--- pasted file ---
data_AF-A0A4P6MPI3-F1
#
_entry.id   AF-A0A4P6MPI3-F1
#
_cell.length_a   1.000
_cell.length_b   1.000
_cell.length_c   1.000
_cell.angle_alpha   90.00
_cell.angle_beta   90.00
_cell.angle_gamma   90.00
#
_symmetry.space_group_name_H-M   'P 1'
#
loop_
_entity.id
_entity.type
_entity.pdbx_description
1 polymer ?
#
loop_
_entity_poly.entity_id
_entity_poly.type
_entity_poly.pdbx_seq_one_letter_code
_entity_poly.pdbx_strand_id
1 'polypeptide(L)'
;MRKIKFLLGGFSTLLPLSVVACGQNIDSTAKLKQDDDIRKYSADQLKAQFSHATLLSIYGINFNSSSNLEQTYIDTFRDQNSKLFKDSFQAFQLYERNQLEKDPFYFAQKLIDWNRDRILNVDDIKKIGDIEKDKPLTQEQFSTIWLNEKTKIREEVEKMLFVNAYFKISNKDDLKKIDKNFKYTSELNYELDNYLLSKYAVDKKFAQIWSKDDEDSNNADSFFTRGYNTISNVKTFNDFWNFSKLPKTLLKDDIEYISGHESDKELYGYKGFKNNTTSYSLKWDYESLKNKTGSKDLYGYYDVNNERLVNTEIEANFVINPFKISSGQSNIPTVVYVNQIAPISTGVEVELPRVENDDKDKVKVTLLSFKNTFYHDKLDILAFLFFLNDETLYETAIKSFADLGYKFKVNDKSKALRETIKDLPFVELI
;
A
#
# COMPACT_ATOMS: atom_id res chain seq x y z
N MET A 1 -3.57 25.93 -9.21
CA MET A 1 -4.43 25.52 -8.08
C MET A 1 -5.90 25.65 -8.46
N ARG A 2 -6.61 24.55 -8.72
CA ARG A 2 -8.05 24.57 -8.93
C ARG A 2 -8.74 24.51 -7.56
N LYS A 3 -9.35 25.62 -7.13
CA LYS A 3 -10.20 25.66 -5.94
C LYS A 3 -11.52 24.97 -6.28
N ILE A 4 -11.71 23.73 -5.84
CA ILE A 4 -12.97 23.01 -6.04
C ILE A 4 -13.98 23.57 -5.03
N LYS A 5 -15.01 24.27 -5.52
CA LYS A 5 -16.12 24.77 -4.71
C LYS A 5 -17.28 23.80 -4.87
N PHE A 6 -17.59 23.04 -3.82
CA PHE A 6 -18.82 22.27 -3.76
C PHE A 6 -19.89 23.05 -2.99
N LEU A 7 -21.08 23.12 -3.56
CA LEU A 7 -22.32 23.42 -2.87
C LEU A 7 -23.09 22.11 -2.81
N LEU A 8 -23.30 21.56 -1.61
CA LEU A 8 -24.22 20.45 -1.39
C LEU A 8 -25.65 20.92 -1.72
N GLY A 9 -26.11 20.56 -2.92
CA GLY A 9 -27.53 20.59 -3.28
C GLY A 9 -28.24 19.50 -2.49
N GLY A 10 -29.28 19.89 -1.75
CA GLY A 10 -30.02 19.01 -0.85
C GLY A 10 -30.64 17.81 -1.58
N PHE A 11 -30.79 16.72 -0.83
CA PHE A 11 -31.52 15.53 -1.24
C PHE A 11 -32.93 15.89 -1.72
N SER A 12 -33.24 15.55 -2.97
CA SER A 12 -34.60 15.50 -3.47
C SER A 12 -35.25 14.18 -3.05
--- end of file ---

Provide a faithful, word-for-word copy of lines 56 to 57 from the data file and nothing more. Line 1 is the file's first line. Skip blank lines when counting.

CA GLY A 9 -27.53 20.59 -3.28
C GLY A 9 -28.24 19.50 -2.49